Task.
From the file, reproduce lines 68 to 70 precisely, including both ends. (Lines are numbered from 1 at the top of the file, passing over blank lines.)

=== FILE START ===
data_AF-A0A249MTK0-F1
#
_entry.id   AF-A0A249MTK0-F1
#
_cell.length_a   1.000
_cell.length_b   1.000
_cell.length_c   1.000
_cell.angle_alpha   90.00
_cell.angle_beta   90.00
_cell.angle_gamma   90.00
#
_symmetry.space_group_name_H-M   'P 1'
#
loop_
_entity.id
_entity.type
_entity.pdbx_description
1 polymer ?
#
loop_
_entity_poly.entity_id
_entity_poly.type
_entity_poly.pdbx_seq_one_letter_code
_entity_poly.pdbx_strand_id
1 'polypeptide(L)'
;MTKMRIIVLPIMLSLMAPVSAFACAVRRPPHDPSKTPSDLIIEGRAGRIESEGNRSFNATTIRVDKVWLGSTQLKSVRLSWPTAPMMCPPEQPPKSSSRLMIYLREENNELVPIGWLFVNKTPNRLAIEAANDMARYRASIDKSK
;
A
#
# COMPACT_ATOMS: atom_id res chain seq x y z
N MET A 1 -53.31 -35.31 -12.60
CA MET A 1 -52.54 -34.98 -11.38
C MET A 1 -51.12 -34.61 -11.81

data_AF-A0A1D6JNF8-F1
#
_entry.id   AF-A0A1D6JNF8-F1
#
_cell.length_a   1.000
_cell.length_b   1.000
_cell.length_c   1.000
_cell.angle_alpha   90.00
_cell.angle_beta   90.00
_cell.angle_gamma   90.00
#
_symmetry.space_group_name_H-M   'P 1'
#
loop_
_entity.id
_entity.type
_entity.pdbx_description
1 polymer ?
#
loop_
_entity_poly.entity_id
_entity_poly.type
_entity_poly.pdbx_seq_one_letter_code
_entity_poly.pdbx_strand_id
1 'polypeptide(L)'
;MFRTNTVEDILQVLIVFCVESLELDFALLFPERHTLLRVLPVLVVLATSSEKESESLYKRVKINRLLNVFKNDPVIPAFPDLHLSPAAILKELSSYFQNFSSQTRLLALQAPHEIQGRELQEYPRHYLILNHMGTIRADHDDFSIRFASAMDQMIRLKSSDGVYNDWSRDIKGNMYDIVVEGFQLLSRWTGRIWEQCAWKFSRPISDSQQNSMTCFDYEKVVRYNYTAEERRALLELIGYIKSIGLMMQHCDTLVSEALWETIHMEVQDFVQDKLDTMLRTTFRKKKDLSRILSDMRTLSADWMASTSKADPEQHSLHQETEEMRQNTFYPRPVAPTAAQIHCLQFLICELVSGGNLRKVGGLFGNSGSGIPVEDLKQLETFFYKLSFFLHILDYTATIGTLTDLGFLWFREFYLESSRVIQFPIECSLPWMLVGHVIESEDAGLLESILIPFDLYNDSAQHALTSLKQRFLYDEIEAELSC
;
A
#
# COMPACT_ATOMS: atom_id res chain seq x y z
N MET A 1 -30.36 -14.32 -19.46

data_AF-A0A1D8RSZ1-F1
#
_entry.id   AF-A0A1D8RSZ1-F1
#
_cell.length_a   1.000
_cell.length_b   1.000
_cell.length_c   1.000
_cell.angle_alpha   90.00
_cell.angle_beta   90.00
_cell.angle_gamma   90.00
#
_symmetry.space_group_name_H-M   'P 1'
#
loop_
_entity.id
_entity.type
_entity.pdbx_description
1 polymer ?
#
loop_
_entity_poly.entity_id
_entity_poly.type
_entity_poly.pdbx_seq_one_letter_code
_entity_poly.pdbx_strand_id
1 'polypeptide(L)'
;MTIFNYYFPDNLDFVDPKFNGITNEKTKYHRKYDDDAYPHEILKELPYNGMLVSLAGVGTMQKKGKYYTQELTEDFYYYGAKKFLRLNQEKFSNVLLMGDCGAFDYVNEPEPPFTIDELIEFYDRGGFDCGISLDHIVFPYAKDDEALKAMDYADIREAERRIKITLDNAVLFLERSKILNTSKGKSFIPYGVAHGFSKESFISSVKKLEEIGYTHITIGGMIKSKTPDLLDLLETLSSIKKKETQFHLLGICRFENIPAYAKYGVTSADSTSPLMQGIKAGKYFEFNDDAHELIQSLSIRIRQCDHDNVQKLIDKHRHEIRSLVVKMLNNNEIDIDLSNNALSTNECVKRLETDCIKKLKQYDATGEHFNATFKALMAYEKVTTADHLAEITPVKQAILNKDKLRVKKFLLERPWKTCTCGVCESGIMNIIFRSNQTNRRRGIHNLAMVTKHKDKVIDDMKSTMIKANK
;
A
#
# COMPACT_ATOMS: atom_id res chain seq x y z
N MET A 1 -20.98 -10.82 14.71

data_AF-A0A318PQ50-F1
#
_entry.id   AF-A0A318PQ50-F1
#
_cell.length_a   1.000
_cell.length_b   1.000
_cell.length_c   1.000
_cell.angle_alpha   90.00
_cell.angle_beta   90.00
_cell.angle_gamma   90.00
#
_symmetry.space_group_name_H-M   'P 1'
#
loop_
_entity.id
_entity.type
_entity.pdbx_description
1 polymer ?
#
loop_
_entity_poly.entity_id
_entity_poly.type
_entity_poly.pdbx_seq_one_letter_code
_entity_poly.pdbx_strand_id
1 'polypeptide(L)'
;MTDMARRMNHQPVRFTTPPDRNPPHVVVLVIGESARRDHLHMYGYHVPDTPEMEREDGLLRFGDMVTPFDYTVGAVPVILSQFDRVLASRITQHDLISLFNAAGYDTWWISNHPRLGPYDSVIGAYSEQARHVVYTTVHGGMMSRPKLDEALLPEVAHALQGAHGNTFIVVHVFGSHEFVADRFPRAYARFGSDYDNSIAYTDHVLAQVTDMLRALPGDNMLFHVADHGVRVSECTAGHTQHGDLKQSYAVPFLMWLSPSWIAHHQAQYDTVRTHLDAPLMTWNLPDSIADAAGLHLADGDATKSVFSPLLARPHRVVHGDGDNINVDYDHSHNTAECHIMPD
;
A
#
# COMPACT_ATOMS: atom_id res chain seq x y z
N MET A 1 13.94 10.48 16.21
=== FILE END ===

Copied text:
#
_cell.length_a   1.000
_cell.length_b   1.000